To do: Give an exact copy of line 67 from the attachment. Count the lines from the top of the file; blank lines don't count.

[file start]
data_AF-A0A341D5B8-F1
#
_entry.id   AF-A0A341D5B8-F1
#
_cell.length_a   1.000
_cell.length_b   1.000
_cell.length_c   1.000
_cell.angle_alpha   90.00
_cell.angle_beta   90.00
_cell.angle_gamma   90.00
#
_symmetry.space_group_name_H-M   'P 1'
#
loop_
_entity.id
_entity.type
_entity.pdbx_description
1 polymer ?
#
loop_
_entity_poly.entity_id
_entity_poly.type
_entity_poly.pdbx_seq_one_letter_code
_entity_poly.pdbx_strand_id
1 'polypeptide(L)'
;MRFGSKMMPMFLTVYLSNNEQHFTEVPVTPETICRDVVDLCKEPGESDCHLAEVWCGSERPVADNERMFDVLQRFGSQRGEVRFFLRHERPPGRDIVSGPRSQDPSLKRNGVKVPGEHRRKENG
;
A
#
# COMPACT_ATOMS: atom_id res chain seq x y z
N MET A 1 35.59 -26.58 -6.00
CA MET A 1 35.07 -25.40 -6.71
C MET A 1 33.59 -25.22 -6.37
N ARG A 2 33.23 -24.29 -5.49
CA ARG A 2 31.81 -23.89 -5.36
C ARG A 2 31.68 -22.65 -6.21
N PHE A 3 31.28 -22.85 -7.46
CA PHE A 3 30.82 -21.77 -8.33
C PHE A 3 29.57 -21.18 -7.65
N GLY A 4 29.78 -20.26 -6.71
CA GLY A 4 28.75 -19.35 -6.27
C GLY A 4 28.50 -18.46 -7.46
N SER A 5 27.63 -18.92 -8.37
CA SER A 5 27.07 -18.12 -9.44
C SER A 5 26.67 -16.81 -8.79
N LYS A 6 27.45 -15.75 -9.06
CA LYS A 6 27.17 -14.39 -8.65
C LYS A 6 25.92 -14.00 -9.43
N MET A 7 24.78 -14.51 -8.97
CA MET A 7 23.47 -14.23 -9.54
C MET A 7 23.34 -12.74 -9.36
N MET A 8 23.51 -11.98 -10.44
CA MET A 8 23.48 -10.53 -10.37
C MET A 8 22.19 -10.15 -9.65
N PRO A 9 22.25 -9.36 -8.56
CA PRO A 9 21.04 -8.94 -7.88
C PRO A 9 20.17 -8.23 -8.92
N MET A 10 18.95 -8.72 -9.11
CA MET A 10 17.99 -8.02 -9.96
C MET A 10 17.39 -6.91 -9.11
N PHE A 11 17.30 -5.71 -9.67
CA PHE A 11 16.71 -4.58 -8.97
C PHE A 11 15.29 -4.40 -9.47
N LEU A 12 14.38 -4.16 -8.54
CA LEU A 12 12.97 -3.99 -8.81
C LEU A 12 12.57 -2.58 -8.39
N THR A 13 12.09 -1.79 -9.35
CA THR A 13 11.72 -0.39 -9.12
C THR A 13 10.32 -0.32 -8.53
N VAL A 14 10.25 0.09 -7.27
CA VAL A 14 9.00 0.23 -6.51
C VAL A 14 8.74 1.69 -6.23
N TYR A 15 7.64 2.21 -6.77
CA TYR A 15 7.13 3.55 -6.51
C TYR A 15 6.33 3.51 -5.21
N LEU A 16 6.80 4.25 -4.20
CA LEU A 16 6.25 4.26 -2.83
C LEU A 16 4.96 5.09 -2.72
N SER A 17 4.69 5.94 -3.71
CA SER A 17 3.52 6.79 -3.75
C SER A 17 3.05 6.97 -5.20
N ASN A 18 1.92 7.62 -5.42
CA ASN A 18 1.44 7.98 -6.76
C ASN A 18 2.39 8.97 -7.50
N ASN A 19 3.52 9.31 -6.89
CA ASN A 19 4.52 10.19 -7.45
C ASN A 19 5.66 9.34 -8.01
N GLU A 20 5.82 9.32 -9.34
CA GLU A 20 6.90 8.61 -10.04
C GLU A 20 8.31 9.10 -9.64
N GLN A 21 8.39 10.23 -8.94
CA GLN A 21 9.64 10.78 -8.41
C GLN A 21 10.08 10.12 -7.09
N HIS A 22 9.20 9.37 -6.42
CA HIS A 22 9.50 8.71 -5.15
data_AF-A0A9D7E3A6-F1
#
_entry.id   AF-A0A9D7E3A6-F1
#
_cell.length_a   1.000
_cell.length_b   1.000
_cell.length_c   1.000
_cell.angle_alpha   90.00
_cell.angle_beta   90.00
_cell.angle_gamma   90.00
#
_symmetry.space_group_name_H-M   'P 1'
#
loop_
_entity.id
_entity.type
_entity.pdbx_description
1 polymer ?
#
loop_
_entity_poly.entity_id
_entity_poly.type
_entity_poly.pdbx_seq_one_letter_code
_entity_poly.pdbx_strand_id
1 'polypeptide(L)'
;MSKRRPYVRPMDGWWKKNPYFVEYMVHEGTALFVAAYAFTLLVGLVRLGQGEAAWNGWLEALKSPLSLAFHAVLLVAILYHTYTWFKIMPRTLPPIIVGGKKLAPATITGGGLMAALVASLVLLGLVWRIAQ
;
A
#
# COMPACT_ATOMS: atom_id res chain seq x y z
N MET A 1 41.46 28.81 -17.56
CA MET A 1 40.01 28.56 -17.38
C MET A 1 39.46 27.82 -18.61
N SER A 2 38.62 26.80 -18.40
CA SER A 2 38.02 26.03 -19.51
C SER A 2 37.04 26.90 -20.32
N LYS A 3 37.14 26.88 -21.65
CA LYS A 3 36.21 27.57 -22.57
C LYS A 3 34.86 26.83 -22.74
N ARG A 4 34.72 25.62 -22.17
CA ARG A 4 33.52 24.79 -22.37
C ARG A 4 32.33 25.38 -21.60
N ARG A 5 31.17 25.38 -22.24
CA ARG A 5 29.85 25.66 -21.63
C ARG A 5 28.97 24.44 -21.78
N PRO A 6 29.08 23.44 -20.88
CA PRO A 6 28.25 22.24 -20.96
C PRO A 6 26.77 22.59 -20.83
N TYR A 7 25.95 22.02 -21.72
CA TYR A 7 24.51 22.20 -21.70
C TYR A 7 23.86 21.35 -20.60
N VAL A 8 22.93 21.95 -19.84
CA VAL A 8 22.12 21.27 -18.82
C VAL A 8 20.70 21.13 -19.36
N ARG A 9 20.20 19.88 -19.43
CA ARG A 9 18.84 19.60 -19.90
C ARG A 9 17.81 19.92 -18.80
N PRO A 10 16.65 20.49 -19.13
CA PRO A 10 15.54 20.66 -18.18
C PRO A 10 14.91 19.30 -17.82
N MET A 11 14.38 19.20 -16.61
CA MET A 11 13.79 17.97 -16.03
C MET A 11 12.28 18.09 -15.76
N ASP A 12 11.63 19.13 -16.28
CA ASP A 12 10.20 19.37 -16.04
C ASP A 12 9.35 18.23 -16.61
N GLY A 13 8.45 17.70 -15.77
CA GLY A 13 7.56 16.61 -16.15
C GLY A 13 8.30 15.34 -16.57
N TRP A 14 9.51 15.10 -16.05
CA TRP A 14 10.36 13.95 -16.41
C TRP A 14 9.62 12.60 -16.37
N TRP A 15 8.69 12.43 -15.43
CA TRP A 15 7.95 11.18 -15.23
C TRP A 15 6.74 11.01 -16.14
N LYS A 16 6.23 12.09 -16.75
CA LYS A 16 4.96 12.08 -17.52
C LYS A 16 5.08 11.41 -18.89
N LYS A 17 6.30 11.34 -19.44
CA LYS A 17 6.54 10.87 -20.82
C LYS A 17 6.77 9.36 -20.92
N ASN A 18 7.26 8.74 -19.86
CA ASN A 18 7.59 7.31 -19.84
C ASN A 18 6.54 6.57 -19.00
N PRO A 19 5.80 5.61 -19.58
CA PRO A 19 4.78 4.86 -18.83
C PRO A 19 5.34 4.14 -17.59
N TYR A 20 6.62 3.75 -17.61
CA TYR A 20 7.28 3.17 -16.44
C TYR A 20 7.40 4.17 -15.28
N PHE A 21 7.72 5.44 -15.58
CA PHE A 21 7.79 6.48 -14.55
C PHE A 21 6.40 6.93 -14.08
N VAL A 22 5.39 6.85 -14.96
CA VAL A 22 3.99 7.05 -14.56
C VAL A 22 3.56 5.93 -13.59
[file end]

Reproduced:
N THR A 13 12.09 -1.79 -9.35